Drug reward and intake in lines of mice selectively bred for divergent exploration of a hole board apparatus

Authors

  • C. L. Kliethermes,

    Corresponding author
    1. Ernest Gallo Clinic & Research Center, University of California, San Francisco, CA
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  • H. M. Kamens,

    1. Oregon Health & Science University, Department of Behavioral Neuroscience, Portland Alcohol Research Center, Department of Veterans Affairs Medical Center, Portland, OR, USA
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  • J. C. Crabbe

    1. Oregon Health & Science University, Department of Behavioral Neuroscience, Portland Alcohol Research Center, Department of Veterans Affairs Medical Center, Portland, OR, USA
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*C. L. Kliethermes, Ernest Gallo Clinic & Research Center, University of California, 5858 Horton Street, Suite 200, Emeryville, San Francisco, CA 94608, USA. E-mail: ckliethermes@gallo.ucsf.edu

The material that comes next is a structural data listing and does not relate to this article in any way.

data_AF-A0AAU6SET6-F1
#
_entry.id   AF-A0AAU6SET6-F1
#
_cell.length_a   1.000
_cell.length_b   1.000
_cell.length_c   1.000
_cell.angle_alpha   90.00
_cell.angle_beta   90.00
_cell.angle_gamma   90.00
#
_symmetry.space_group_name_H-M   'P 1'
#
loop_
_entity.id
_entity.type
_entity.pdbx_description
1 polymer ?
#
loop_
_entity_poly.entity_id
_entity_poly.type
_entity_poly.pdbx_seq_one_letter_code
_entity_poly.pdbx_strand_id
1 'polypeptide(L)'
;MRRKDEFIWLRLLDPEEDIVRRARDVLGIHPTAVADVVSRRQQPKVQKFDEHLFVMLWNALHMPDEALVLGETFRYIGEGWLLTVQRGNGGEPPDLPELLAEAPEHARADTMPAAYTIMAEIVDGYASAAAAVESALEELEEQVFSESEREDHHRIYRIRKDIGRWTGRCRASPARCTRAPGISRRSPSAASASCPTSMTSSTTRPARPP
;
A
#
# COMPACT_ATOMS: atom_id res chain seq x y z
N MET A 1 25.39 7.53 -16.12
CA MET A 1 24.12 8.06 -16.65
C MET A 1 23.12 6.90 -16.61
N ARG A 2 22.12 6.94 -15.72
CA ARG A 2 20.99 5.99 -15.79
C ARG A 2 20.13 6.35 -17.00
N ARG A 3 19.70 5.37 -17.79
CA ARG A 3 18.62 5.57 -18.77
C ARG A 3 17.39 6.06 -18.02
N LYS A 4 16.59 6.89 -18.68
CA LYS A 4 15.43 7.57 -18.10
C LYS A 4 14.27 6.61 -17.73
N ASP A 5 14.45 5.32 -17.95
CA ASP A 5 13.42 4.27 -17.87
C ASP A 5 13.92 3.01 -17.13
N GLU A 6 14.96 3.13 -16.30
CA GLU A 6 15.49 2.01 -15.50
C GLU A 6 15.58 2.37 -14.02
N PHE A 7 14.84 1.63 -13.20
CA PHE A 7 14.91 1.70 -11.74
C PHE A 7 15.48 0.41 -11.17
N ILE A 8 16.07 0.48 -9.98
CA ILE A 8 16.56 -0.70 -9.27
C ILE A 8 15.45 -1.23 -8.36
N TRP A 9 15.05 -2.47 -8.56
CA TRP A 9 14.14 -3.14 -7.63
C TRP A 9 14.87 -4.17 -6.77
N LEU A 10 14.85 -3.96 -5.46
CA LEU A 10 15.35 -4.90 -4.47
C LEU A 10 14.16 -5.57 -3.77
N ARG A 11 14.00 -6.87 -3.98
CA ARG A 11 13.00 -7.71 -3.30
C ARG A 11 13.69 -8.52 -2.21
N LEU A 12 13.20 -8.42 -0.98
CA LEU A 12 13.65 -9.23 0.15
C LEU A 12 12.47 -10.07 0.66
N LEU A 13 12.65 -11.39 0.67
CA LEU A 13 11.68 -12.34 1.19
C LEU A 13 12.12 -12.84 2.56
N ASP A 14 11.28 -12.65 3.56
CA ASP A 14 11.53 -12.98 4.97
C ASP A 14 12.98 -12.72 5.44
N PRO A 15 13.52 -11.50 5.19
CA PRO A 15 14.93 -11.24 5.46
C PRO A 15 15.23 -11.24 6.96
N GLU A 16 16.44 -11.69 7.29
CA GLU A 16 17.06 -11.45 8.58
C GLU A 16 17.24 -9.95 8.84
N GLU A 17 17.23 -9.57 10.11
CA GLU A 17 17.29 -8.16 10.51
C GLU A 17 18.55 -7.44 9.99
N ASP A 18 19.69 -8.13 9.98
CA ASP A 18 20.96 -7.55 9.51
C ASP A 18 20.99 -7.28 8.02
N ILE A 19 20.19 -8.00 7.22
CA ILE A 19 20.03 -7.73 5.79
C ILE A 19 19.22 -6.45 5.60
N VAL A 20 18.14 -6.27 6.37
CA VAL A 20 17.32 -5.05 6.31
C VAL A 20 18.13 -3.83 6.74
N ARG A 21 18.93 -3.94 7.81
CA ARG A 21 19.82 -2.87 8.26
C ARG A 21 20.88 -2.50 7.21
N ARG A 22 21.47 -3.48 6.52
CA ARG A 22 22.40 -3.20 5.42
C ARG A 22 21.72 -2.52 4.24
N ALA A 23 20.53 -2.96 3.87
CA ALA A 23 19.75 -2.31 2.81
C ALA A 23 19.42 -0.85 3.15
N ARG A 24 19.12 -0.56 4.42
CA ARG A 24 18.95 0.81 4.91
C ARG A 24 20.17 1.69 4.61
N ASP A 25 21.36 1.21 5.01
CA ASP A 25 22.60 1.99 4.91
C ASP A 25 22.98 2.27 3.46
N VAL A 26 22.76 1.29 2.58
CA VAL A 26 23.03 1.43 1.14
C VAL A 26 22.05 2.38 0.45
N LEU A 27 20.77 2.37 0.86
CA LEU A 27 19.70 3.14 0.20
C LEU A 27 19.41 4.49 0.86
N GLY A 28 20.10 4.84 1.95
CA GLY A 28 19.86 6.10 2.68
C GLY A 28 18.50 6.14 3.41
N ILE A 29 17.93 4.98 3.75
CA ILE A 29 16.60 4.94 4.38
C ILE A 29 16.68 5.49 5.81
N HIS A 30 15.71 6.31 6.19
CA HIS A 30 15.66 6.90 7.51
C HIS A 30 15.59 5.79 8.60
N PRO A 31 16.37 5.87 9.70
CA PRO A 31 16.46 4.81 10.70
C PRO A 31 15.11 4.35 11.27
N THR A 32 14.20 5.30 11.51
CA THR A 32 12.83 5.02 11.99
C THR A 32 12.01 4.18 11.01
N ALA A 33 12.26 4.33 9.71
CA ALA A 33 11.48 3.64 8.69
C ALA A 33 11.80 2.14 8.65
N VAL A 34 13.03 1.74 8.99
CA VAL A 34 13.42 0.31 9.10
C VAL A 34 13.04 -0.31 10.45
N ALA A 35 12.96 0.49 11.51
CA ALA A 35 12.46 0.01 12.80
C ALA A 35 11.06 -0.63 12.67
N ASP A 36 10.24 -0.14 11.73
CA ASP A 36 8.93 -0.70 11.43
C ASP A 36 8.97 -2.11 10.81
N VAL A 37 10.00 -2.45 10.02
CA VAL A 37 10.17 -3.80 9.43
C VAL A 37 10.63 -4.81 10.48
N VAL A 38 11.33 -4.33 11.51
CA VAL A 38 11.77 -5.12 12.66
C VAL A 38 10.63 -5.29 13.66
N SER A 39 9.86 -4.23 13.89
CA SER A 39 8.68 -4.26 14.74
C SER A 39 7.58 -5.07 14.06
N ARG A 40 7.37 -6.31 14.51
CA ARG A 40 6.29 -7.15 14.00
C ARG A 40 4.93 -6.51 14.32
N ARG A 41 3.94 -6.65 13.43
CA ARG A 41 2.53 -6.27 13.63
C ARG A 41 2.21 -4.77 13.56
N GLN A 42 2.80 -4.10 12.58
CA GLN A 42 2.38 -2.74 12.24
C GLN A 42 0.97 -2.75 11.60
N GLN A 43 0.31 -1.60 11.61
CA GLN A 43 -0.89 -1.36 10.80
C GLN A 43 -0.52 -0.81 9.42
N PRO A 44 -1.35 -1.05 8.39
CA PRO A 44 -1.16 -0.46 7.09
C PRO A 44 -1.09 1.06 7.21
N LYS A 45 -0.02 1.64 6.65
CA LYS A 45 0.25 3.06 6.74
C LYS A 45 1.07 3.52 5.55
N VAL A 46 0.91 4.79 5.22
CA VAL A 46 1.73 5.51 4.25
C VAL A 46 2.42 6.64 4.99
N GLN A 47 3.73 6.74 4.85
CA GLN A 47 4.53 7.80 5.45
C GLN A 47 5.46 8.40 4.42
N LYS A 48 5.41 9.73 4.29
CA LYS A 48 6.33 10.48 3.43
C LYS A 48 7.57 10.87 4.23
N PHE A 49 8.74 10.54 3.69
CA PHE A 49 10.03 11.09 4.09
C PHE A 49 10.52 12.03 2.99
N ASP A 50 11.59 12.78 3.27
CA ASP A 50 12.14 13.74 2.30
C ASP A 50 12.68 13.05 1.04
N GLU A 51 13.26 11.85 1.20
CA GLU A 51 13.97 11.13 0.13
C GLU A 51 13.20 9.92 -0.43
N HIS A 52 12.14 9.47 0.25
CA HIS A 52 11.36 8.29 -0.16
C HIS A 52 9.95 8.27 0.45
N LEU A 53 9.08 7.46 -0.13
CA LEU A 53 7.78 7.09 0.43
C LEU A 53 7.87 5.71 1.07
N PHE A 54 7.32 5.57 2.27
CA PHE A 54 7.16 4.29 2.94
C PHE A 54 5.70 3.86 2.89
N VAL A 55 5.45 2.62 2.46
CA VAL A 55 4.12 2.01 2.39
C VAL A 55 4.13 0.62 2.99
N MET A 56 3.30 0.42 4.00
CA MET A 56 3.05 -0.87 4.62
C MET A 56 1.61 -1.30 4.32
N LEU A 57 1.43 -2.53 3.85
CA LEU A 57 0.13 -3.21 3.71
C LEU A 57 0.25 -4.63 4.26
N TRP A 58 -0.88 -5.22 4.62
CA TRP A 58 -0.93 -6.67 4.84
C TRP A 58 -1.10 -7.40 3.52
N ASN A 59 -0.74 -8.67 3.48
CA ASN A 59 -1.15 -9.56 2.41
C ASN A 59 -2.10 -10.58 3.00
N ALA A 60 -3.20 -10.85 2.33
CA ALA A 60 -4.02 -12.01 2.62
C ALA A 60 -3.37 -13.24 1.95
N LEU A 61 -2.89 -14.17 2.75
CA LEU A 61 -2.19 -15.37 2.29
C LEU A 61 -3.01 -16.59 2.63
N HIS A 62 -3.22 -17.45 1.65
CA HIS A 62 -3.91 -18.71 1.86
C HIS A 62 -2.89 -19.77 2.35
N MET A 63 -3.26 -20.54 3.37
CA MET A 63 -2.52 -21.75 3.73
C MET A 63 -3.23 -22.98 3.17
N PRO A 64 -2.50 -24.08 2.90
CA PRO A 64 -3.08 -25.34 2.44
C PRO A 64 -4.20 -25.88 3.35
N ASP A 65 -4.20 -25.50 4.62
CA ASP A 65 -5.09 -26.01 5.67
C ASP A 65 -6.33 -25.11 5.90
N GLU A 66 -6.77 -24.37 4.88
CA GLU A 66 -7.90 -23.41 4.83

Abstract

Individuals characterized as high-novelty seekers are more likely to abuse drugs than are low-novelty seekers, and it is possible that the biological substrates underlying novelty seeking and drug abuse are similar. We selectively bred replicate lines of mice from a B6D2 F3 hybrid stock for high exploratory behavior (HEB) or low exploratory behavior (LEB) as measured by the number of head dips on a hole board. To determine whether common genes might influence exploratory behavior and behaviors relevant to drug abuse, we tested HEB and LEB mice for conditioned place preference produced by ethanol and d-amphetamine and also examined oral methamphetamine intake. After four generations of selection, HEB and LEB mice did not differ in the magnitude of place preference for ethanol, but LEB mice showed a greater place preference for an amphetamine-paired location than did HEB mice. However, this difference did not replicate in mice tested from the fifth generation of selection. The selected lines also did not differ in sensitization to the locomotor stimulant effects of d-amphetamine that developed across the conditioning trials. Finally, HEB and LEB mice consumed equivalently low amounts of methamphetamine. These results suggest that common genes do not influence head dipping and several behaviors potentially relevant to drug abuse.

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